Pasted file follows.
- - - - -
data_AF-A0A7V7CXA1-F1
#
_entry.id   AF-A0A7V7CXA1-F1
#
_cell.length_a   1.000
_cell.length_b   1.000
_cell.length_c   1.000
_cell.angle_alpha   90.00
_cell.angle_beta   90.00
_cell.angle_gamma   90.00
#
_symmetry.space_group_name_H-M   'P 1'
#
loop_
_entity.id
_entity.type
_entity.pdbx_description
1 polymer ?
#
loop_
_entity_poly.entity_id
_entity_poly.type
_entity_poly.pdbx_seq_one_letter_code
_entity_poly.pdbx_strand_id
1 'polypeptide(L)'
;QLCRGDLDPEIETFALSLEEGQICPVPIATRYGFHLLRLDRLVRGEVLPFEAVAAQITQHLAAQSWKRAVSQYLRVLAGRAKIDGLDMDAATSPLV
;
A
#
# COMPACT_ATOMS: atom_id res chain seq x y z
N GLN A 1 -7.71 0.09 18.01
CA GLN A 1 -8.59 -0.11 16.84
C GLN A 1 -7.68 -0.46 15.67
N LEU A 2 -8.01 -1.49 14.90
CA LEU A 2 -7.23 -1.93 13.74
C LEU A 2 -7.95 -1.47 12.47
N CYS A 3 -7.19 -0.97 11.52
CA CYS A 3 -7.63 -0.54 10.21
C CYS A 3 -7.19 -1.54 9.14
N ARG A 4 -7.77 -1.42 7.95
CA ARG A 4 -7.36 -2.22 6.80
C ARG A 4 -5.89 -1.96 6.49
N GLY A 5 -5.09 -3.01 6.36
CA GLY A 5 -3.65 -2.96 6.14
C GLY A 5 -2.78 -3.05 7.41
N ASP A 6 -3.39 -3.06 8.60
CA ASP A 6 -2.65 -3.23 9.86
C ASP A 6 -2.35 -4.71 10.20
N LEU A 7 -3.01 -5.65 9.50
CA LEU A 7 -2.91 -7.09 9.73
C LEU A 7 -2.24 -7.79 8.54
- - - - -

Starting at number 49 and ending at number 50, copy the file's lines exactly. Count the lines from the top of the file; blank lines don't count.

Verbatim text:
N LEU A 7 -3.01 -5.65 9.50
CA LEU A 7 -2.91 -7.09 9.73